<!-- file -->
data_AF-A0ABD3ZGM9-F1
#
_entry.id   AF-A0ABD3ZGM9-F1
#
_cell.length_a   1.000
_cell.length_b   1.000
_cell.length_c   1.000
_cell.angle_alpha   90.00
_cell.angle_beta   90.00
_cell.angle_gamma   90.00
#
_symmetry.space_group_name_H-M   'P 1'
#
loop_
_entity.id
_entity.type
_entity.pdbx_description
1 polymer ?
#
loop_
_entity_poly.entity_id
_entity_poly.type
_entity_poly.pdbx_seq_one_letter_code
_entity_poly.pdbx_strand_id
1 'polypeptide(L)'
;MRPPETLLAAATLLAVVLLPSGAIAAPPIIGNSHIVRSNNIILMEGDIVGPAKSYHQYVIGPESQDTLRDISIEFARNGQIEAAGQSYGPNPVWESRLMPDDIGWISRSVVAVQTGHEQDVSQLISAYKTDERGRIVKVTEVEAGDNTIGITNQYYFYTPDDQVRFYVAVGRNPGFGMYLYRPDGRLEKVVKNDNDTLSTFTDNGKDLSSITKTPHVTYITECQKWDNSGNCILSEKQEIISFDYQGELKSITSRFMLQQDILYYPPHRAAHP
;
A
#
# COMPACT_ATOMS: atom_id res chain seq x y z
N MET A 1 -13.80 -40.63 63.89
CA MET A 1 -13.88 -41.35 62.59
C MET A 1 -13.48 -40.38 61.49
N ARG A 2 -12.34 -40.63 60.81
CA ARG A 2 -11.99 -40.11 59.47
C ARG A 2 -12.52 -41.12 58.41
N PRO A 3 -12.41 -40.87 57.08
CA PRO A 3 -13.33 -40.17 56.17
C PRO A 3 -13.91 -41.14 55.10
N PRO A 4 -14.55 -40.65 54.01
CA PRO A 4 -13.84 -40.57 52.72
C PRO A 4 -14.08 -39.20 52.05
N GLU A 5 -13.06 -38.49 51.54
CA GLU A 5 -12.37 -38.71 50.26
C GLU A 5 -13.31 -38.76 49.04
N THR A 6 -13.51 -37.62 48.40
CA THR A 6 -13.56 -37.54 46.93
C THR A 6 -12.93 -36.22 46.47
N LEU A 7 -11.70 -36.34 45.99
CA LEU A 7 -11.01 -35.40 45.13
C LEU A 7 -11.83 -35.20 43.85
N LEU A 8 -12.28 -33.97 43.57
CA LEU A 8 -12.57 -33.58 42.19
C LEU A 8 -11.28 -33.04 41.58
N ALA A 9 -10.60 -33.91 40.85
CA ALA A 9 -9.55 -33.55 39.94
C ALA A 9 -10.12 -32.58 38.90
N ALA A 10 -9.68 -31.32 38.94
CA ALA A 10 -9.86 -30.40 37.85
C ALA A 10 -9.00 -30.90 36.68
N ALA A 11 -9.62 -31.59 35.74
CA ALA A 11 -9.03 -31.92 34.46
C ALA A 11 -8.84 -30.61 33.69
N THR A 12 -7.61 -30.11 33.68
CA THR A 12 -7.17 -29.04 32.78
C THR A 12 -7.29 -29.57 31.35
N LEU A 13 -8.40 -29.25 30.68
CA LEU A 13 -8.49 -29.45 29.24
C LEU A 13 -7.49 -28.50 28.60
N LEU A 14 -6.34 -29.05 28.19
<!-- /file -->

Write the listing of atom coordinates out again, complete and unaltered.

data_AF-A0ABD3ZGM9-F1
#
_entry.id   AF-A0ABD3ZGM9-F1
#
_cell.length_a   1.000
_cell.length_b   1.000
_cell.length_c   1.000
_cell.angle_alpha   90.00
_cell.angle_beta   90.00
_cell.angle_gamma   90.00
#
_symmetry.space_group_name_H-M   'P 1'
#
loop_
_entity.id
_entity.type
_entity.pdbx_description
1 polymer ?
#
loop_
_entity_poly.entity_id
_entity_poly.type
_entity_poly.pdbx_seq_one_letter_code
_entity_poly.pdbx_strand_id
1 'polypeptide(L)'
;MRPPETLLAAATLLAVVLLPSGAIAAPPIIGNSHIVRSNNIILMEGDIVGPAKSYHQYVIGPESQDTLRDISIEFARNGQIEAAGQSYGPNPVWESRLMPDDIGWISRSVVAVQTGHEQDVSQLISAYKTDERGRIVKVTEVEAGDNTIGITNQYYFYTPDDQVRFYVAVGRNPGFGMYLYRPDGRLEKVVKNDNDTLSTFTDNGKDLSSITKTPHVTYITECQKWDNSGNCILSEKQEIISFDYQGELKSITSRFMLQQDILYYPPHRAAHP
;
A
#
# COMPACT_ATOMS: atom_id res chain seq x y z
N MET A 1 -13.80 -40.63 63.89
CA MET A 1 -13.88 -41.35 62.59
C MET A 1 -13.48 -40.38 61.49
N ARG A 2 -12.34 -40.63 60.81
CA ARG A 2 -11.99 -40.11 59.47
C ARG A 2 -12.52 -41.12 58.41
N PRO A 3 -12.41 -40.87 57.08
CA PRO A 3 -13.33 -40.17 56.17
C PRO A 3 -13.91 -41.14 55.10
N PRO A 4 -14.55 -40.65 54.01
CA PRO A 4 -13.84 -40.57 52.72
C PRO A 4 -14.08 -39.20 52.05
N GLU A 5 -13.06 -38.49 51.54
CA GLU A 5 -12.37 -38.71 50.26
C GLU A 5 -13.31 -38.76 49.04
N THR A 6 -13.51 -37.62 48.40
CA THR A 6 -13.56 -37.54 46.93
C THR A 6 -12.93 -36.22 46.47
N LEU A 7 -11.70 -36.34 45.99
CA LEU A 7 -11.01 -35.40 45.13
C LEU A 7 -11.83 -35.20 43.85
N LEU A 8 -12.28 -33.97 43.57
CA LEU A 8 -12.57 -33.58 42.19
C LEU A 8 -11.28 -33.04 41.58
N ALA A 9 -10.60 -33.91 40.85
CA ALA A 9 -9.55 -33.55 39.94
C ALA A 9 -10.12 -32.58 38.90
N ALA A 10 -9.68 -31.32 38.94
CA ALA A 10 -9.86 -30.40 37.85
C ALA A 10 -9.00 -30.90 36.68
N ALA A 11 -9.62 -31.59 35.74
CA ALA A 11 -9.03 -31.92 34.46
C ALA A 11 -8.84 -30.61 33.69
N THR A 12 -7.61 -30.11 33.68
CA THR A 12 -7.17 -29.04 32.78
C THR A 12 -7.29 -29.57 31.35
N LEU A 13 -8.40 -29.25 30.68
CA LEU A 13 -8.49 -29.45 29.24
C LEU A 13 -7.49 -28.50 28.60
N LEU A 14 -6.34 -29.05 28.19